The deductible amount for contributed vehicles that will be used or improved by the ministry is the private-party value of the vehicle, as determined by the giver.

Vehicle gratuitously transferred to a needy individual. Contributions of vehicles that are sold by the ministry at a price significantly below fair market value (or gratuitously transferred to needy individuals in direct furtherance of the ministry’s charitable purpose) qualify for a charitable deduction at the private-party value of the property.

For a vehicle that meets this definition, the gift acknowledgment also must contain a certification that the ministry will sell the qualified vehicle to a needy individual at a price significantly below fair market value (or, if applicable, that the ministry will gratuitously transfer the qualified vehicle to a needy individual) and that the sale (or transfer) will be in the direct furtherance of the ministry’s charitable purpose of relieving the poor and distressed or the underprivileged who are in need of a means of transportation.

Example:  On October 1, 20XX, a giver contributes a qualified vehicle to a qualified ministry. The ministry’s charitable purposes include helping needy individuals who are unemployed develop new job skills, finding job placements for these individuals, and providing transportation for these individuals who need a means of transportation to jobs in areas not served by public transportation. The ministry determines that, in direct furtherance of its charitable purpose, the ministry will sell the qualified vehicle at a price significantly below fair market value to a trainee who needs a means of transportation to a new workplace.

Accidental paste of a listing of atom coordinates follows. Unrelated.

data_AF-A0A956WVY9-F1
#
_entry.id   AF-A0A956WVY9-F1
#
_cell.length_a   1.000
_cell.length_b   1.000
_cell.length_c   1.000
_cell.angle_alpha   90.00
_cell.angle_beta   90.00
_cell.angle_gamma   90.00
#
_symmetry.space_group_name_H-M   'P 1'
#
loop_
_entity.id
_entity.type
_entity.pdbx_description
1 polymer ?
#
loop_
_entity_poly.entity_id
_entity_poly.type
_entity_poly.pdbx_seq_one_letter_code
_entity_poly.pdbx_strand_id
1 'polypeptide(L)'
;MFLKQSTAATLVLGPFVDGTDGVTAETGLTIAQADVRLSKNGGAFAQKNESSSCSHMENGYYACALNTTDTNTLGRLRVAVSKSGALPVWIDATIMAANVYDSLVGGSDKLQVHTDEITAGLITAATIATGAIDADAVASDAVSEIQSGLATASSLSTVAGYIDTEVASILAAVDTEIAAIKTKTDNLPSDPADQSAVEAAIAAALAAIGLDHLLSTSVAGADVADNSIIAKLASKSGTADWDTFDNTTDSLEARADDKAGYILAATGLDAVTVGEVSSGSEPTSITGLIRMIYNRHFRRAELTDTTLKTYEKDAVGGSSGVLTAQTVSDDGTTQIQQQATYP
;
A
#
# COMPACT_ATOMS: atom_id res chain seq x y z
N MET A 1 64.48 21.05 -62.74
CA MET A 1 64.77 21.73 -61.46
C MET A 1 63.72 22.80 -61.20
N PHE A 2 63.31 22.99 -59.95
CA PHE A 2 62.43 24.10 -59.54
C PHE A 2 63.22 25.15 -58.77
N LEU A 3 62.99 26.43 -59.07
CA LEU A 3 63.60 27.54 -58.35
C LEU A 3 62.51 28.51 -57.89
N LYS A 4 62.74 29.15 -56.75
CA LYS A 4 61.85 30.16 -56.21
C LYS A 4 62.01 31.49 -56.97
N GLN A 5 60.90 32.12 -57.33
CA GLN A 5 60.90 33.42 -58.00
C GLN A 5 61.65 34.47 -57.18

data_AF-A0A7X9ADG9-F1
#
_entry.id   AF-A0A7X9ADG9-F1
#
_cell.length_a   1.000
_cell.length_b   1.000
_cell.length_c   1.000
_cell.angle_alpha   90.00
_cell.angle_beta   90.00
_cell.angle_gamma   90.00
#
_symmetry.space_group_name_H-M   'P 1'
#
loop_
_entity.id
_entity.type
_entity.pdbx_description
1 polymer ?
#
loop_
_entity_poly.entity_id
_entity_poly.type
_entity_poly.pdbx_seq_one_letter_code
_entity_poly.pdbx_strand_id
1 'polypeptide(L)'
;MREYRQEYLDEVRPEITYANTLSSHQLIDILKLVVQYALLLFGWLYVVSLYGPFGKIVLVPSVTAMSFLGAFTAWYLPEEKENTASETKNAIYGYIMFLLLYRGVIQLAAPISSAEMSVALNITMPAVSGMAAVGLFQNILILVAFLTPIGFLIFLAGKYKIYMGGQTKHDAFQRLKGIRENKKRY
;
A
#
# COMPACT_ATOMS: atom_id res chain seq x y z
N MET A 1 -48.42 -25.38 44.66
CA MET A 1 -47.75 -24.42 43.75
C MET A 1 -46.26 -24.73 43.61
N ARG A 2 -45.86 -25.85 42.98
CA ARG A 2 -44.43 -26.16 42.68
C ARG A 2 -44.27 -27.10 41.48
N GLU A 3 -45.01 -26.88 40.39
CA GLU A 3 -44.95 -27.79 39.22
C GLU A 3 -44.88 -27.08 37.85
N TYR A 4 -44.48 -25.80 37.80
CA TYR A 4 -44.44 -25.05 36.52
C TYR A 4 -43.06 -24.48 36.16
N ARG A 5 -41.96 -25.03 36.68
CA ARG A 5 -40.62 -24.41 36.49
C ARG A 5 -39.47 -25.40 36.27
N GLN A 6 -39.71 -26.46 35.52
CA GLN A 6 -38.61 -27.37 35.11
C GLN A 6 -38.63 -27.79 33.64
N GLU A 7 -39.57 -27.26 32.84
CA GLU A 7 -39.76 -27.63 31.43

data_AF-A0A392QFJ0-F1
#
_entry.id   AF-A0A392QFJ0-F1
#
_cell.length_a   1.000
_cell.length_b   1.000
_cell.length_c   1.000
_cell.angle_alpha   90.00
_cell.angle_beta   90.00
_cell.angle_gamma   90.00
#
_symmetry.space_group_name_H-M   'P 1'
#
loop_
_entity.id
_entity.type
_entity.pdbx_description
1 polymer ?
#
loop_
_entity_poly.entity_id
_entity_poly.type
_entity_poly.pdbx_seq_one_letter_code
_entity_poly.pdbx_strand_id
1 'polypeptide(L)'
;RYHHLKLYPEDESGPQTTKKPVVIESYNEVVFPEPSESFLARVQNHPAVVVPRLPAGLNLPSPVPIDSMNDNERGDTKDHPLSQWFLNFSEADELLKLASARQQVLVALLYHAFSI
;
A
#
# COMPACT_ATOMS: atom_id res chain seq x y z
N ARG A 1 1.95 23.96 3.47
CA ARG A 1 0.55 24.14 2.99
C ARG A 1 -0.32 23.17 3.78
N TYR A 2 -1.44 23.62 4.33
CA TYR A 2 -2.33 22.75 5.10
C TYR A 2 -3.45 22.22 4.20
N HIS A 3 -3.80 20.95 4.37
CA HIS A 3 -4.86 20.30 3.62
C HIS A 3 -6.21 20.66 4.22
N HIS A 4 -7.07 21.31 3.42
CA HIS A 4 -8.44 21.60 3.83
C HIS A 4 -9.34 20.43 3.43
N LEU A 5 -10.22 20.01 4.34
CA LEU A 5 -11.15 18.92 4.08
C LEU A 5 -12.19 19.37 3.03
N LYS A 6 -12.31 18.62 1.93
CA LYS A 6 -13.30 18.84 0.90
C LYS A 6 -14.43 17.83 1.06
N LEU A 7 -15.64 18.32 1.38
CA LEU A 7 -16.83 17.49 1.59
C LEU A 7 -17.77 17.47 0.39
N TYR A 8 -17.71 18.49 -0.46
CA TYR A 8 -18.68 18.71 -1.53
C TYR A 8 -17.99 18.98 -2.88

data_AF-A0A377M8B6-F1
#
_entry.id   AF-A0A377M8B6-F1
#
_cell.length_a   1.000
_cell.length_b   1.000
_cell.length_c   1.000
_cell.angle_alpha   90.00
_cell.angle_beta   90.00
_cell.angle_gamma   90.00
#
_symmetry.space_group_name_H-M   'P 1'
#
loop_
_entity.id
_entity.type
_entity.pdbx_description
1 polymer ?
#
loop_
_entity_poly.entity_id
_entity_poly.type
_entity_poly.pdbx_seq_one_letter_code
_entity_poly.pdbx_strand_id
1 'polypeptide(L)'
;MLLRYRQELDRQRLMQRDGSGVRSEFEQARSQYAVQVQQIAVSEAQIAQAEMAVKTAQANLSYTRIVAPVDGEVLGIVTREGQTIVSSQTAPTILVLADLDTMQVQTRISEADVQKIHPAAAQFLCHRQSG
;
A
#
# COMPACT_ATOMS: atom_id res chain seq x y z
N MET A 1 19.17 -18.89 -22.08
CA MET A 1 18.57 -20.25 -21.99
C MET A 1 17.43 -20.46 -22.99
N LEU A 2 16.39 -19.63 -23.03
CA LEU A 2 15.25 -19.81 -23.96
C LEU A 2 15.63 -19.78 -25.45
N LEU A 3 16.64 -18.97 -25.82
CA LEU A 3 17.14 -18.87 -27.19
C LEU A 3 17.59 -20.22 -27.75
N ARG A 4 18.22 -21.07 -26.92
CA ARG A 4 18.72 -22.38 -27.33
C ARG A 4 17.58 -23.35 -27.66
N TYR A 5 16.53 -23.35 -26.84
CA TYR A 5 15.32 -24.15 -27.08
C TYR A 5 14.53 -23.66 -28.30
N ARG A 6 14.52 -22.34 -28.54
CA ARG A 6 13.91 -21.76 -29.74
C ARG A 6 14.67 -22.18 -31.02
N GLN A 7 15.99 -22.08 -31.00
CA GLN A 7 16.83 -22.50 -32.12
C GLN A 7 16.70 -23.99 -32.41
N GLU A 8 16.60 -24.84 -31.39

On or before October 31, 20XX, the ministry provides an acknowledgment to the giver containing the giver’s name and taxpayer identification number, the vehicle identification number, a statement that the date of the contribution was October 1, 20XX, a certification that the ministry will sell the qualified vehicle to a needy individual at a price significantly below fair market value, and a certification that the sale is in direct furtherance of the ministry’s charitable purpose.

See IRS Publication 4302, A Charity’s Guide to Vehicle Donation, for more information.


This text is provided with the understanding that ECFA is not rendering legal, accounting, or other professional advice or service. Professional advice on specific issues should be sought from an accountant, lawyer, or other professional.